Penn State Football Preparing For Defensive Adjustments As New Big Ten Dawns

Tom Allen never had to gameplan against Caleb Williams. He will, however, have to gameplan against Miller Moss.

Penn State will travel west to face USC on Saturday, October 12. Even more than the UCLA game the week prior, that matchup will bring plenty of off-the-field storylines: a rematch of the 2017 Rose Bowl, an exhibition of two college football giants, a team hailing flashy Los Angeles playing one from central Pennsylvania, and more.

On the field, October 12’s game in the Coliseum will bring USC’s high-flying offense, one of college football’s best last season, against the stalwart defense that Penn State used to reach a New Year’s Six game last season.

Those types of games will be ones college football will have to get used to in these next few years. The offenses of the late Pac-12, known for its late-night offensive slugouts, will be in the same conference that provided a glorious 6-4 final score.

Adjusting to playing the offenses of Illinois and USC two weeks apart will feel like whiplash for Penn State. It’s a transition that Allen, the Nittany Lions’ defensive coordinator, will have to get used to.

“You got four new teams now that are offering up another style of offense, and it does change the game, and you just think about the team that you have to beat, to be who you want to be,” Allen said Thursday. “You have to have a system that’s versatile enough to adapt to different styles.”

Not every newcomer to the Big Ten will present the same challenges for Penn State. UCLA, which went 7-5 last season, is still finding its footing with a new quarterback and head coach. The same goes for Penn State’s November 9 opponent, Washington, who lost head coach Kalen DeBoer to Alabama and Heisman finalist quarterback Michael Penix Jr. to the NFL Draft. Even USC is dealing with the loss of Williams, a Heisman winner and one of the NFL Draft’s more obvious No. 1 overall selections.

However, Penn State is dealing with similar issues on the defensive side of the ball. Even ignoring the two defensive ends drafted in the first three rounds of the draft, plus the five other defensive players drafted or signed to contracts, Allen is still a first-year coordinator at Penn State.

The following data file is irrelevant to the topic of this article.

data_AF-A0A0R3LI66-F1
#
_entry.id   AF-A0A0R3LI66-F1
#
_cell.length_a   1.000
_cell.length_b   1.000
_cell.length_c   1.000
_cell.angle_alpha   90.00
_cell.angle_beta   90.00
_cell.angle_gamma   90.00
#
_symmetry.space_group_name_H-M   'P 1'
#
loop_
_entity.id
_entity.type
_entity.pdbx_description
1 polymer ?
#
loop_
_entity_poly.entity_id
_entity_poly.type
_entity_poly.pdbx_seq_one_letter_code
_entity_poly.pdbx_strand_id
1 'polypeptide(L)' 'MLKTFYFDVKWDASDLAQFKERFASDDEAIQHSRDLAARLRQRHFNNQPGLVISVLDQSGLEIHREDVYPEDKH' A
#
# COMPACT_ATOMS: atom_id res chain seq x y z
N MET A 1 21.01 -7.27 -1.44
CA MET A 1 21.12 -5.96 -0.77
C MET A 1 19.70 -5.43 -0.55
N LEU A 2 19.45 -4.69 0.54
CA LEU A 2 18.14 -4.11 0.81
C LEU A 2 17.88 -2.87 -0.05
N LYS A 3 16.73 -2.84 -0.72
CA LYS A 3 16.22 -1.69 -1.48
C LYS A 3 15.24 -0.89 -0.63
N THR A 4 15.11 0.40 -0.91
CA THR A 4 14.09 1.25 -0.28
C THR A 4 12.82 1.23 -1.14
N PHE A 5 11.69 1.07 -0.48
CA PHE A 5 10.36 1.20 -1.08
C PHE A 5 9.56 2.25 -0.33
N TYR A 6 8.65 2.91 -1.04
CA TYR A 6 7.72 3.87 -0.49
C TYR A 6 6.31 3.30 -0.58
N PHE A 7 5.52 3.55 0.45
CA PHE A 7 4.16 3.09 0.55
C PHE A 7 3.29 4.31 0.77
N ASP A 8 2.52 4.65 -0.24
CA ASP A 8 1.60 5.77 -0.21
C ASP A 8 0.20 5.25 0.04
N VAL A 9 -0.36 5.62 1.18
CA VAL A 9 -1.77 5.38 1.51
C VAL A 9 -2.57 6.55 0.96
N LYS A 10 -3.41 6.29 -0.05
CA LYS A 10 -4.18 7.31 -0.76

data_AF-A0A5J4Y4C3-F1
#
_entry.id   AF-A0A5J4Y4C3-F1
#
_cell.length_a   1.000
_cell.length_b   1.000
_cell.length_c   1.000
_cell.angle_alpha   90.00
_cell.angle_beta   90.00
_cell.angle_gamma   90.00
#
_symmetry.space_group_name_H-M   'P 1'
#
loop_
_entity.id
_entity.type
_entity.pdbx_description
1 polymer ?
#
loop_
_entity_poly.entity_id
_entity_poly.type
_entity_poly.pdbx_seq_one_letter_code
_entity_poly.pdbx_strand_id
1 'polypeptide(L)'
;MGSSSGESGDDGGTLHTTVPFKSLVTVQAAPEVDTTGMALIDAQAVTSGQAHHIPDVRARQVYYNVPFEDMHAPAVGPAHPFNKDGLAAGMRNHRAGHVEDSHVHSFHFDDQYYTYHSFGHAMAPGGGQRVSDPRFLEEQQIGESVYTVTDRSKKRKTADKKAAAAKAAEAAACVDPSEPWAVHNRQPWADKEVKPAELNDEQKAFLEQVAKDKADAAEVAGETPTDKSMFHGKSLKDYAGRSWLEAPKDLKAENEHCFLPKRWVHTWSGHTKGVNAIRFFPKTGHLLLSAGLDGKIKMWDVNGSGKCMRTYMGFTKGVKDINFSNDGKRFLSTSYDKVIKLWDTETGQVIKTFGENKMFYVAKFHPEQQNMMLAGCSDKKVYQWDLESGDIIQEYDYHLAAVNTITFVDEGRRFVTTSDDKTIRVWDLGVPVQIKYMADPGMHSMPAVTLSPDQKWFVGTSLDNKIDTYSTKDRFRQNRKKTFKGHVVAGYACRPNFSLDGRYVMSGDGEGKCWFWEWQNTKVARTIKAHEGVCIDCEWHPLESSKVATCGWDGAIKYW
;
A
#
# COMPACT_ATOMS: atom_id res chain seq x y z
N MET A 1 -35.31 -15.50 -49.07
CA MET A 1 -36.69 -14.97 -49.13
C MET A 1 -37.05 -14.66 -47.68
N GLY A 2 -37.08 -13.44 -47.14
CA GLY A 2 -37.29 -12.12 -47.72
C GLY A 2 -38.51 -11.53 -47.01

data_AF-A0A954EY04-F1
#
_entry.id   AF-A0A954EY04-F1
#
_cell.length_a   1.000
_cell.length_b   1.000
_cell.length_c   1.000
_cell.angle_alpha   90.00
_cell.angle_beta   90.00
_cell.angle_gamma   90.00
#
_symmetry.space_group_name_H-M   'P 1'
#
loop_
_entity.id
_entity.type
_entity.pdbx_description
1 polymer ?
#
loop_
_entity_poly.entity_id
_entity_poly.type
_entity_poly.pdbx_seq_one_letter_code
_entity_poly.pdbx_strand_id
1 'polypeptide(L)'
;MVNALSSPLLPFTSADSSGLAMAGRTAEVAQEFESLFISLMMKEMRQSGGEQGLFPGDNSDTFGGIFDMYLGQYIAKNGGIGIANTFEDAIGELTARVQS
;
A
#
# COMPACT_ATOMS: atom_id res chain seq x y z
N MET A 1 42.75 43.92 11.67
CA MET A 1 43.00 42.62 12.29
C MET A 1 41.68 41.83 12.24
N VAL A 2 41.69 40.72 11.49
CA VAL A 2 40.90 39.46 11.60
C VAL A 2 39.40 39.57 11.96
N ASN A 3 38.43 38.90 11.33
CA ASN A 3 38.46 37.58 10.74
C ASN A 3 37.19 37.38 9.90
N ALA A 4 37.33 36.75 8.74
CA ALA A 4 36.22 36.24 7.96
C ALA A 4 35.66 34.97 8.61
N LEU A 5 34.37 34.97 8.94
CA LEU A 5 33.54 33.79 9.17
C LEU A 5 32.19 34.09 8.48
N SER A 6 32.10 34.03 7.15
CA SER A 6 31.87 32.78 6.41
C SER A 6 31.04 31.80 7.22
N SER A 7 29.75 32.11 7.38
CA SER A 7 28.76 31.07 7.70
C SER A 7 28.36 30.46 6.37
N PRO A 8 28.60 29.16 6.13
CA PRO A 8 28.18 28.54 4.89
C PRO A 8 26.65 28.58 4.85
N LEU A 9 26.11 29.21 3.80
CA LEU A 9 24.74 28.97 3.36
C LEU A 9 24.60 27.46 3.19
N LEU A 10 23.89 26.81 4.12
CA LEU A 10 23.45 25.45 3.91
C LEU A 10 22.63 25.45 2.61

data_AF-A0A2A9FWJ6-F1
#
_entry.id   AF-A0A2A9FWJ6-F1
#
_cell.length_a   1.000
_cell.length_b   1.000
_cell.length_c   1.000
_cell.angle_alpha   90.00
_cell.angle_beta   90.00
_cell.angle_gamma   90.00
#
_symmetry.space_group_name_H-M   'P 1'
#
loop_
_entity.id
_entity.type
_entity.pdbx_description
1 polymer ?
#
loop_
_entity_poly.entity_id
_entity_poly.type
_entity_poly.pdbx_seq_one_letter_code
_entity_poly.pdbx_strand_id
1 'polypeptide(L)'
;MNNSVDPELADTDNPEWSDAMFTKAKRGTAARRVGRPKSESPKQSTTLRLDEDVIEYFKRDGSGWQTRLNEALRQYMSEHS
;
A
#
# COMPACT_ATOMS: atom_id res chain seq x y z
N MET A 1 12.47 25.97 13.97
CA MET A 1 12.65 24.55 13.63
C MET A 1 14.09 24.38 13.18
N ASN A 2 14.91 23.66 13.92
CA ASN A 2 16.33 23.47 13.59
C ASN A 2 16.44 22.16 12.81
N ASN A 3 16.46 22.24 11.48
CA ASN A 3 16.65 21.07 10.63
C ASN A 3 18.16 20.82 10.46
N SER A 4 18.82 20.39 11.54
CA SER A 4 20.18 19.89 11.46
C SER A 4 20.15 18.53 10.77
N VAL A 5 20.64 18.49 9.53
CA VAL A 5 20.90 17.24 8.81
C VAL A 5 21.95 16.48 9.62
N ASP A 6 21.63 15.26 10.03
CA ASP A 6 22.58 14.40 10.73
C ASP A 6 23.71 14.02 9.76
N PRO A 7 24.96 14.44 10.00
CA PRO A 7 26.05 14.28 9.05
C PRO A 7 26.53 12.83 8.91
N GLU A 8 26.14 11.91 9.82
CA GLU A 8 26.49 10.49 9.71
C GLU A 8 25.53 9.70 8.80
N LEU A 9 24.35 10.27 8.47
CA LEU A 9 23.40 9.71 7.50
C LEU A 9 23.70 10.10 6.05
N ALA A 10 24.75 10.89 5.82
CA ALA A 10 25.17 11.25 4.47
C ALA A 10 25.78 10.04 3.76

While he’s new to Penn State, Allen isn’t new to being a defensive coordinator. He ran Indiana’s defense before earning a quick promotion to head coach. He previously ran the defense at South Florida, coached linebackers at Ole Miss, and had a slew of other roles on defense between Temple Heights High School and Arkansas State.

Allen’s already coached against plenty of schemes, and he felt he’s more than prepared to take on the challenge West Coast football brings.

“I just feel like that’s just the world that I’ve been coming from,” Allen said. “Being in the Big Ten, I’ve had to have the ability to adapt to seeing 12, 13 personnel and I formation at times and being able to stop the downhill run game from the teams that do that. I feel we do have a system that’s built for that and that’s really critical for future success.”

Penn State’s defense was critical for its success in 2023. Discounting their bowl game, the Nittany Lions didn’t give up more than 24 points in a single game. However, those performances came against the No. 69 and No. 101 total offenses in the country in Michigan and Indiana, respectively.

Per cfbstats, USC’s 10th-ranked offense recorded a whopping 7.39 yards each play. Washington had the No. 12-ranked total offense, and UCLA clocked in at No. 39. The old version of the Big Ten doesn’t show up on that list until Ohio State, whose 407.9 yards per game were good enough to make it the 48th-best total offense in college football.

Regardless of who’s on the schedule, Allen said his team will simply have to adapt. Even past the gauntlet of Big Ten scheduling, Allen’s team could face teams from the Big 12, SEC, or ACC in the new 12-team playoff. Versatility, Allen noted, will be crucial as Penn State pushes to be top of the pack.

“You obviously want to create, make sure you have a system that’s best for the conference that you play in and be able to beat the best teams on your schedule to get where you want to be, which for us is to win a national championship,” Allen said. “You obviously have an idea of the types of teams that will be there and you know what you’re dealing with. So bottom line is, the game has changed. And we got to be able to adapt to it, and we will.”

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About the Author

Joe Lister

Joe is a senior journalism major at Penn State and Onward State's managing editor. He writes about everything Penn State, especially its 10-2 football team. If you want to find him, Joe's usually watching soccer with his shirt off or at the gym with his shirt on. For dumb stuff, follow him on Twitter (iamjoelister). For serious stuff, email him ([email protected]).

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